Gardeners prune plants to control their size, keep them healthy and spur new growth. Ornamental plants--which can be divided into woody ornamentals, ornamental shrubs and flowers--require annual care and pruning, though the time of pruning depends on the time of flowering. Prune spring-flowering ornamentals after they've bloomed in the early summer; prune ornamental flowers at the end of the flowering season; and prune summer-flowering ornamental shrubs and trees in the early spring.
Cut woody ornamental plants (such as clematis) in fall after they have flowered to a height of 18 to 24 inches. The woody ornamentals will regenerate in the spring.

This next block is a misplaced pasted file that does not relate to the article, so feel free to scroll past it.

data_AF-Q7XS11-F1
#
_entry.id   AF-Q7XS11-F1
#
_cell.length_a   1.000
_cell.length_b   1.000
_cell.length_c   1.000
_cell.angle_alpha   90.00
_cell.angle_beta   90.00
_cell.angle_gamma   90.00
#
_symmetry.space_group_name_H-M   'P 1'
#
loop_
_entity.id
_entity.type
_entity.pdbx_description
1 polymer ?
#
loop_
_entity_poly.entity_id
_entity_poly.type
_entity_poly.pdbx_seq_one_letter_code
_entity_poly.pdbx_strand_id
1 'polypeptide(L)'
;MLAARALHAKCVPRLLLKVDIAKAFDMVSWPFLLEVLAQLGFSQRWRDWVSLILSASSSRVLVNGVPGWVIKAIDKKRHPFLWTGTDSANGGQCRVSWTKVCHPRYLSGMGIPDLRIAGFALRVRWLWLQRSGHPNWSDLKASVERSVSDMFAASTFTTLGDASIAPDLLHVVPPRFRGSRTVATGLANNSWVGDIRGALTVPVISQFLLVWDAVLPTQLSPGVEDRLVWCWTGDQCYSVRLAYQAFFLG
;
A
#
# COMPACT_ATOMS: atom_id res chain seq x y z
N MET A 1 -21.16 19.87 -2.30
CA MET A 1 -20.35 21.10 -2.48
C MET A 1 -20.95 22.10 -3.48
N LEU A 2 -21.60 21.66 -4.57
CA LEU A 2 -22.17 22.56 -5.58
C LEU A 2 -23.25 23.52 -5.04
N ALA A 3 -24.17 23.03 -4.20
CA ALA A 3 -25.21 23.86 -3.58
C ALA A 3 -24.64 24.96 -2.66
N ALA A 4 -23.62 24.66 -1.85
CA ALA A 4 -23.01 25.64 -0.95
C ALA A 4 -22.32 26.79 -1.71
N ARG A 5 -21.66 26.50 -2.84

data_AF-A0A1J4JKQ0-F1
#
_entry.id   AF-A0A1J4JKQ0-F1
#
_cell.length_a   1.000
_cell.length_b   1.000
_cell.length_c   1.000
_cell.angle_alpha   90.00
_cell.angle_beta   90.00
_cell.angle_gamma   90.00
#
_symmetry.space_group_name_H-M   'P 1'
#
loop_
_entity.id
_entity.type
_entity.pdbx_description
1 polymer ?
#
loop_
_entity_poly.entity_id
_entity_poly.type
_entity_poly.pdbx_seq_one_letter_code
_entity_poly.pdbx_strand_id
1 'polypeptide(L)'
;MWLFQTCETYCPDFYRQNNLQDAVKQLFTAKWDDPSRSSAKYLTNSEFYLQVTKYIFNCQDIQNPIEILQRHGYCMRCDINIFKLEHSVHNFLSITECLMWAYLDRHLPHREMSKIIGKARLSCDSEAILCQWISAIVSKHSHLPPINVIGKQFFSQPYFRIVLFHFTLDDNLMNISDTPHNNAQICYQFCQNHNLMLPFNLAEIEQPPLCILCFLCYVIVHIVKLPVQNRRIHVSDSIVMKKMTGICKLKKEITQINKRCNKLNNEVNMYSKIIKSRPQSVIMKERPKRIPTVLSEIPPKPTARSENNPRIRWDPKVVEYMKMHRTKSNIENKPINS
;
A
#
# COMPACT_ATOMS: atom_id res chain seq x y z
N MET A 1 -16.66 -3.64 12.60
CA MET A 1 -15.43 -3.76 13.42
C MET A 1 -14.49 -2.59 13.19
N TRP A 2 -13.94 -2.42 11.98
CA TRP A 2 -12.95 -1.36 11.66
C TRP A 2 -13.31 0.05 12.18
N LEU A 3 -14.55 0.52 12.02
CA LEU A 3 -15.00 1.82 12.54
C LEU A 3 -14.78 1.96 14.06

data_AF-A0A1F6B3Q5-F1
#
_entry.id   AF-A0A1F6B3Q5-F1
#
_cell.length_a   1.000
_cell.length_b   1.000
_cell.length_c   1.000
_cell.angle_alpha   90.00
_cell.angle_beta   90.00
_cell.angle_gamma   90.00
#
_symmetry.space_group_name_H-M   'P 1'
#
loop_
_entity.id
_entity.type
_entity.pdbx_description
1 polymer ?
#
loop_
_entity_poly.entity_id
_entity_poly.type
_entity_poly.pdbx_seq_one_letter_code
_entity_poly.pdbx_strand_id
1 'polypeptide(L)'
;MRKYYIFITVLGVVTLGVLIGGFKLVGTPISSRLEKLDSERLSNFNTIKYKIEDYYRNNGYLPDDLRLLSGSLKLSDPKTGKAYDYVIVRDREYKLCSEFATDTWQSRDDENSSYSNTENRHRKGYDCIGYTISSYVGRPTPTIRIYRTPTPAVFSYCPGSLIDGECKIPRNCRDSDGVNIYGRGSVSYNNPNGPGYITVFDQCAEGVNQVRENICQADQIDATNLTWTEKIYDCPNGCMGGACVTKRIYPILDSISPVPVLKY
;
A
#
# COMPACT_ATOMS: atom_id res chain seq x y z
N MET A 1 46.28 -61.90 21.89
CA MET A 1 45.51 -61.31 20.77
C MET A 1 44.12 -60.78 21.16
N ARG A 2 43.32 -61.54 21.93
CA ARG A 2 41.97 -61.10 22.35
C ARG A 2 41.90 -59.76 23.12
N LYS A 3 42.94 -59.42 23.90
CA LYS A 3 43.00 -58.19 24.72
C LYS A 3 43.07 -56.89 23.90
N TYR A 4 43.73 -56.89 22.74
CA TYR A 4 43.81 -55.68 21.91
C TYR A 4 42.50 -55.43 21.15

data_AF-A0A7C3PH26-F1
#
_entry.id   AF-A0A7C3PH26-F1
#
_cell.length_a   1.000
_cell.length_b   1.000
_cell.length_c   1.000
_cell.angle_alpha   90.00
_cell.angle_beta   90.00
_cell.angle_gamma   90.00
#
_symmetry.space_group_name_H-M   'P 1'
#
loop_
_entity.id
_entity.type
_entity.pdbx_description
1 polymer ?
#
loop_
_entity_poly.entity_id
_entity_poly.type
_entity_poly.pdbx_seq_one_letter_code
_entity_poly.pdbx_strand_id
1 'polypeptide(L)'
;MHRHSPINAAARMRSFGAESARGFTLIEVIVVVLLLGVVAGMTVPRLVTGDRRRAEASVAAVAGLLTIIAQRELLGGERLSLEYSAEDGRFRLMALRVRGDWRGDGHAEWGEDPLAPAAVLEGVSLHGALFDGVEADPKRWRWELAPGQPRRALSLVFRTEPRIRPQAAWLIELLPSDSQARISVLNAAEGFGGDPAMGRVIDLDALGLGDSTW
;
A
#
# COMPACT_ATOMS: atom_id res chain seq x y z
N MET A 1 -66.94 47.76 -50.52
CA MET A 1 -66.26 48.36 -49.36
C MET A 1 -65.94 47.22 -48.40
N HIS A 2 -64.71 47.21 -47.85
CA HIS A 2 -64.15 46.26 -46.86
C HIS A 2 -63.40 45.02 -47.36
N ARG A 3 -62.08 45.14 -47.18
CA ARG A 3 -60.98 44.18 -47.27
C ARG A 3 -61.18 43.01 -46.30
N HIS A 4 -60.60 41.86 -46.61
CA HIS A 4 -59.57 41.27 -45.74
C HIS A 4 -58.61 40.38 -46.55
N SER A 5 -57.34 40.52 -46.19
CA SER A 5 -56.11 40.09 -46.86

Prune flowering shrubs (such as azalea) to rejuvenate. Remove up to 1/3 of the old growth from the plant in spring after frost danger passes. Trim back the ornamental shrub to shorten its branches if you feel it's grown too long.
Cut back perennial ornamental flowers in the late fall after they've finished blooming for the season. Trim them back at the base, leaving 4 inches of stem. In the spring, these ornamentals will regenerate.